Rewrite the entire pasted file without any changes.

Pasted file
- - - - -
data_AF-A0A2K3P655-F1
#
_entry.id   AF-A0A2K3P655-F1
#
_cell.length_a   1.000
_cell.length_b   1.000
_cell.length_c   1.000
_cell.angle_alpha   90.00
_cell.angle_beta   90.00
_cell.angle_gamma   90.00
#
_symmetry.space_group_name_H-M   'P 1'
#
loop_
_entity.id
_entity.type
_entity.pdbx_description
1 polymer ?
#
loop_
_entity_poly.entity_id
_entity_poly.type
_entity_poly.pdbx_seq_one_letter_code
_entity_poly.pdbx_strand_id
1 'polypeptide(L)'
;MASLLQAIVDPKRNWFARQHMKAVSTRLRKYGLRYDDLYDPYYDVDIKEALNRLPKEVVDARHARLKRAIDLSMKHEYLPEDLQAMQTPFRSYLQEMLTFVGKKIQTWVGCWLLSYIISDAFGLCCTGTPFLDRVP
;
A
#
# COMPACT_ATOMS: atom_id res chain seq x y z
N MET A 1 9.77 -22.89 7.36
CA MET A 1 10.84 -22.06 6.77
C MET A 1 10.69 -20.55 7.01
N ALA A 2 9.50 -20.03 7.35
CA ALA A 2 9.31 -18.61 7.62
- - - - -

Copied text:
data_AF-A0A2K3P655-F1
#
_entry.id   AF-A0A2K3P655-F1
#
_cell.length_a   1.000
_cell.length_b   1.000
_cell.length_c   1.000
_cell.angle_alpha   90.00
_cell.angle_beta   90.00
_cell.angle_gamma   90.00
#
_symmetry.space_group_name_H-M   'P 1'
#
loop_
_entity.id
_entity.type
_entity.pdbx_description
1 polymer ?
#
loop_
_entity_poly.entity_id
_entity_poly.type
_entity_poly.pdbx_seq_one_letter_code
_entity_poly.pdbx_strand_id
1 'polypeptide(L)'
;MASLLQAIVDPKRNWFARQHMKAVSTRLRKYGLRYDDLYDPYYDVDIKEALNRLPKEVVDARHARLKRAIDLSMKHEYLPEDLQAMQTPFRSYLQEMLTFVGKKIQTWVGCWLLSYIISDAFGLCCTGTPFLDRVP
;
A
#
# COMPACT_ATOMS: atom_id res chain seq x y z
N MET A 1 9.77 -22.89 7.36
CA MET A 1 10.84 -22.06 6.77
C MET A 1 10.69 -20.55 7.01
N ALA A 2 9.50 -20.03 7.35
CA ALA A 2 9.31 -18.61 7.62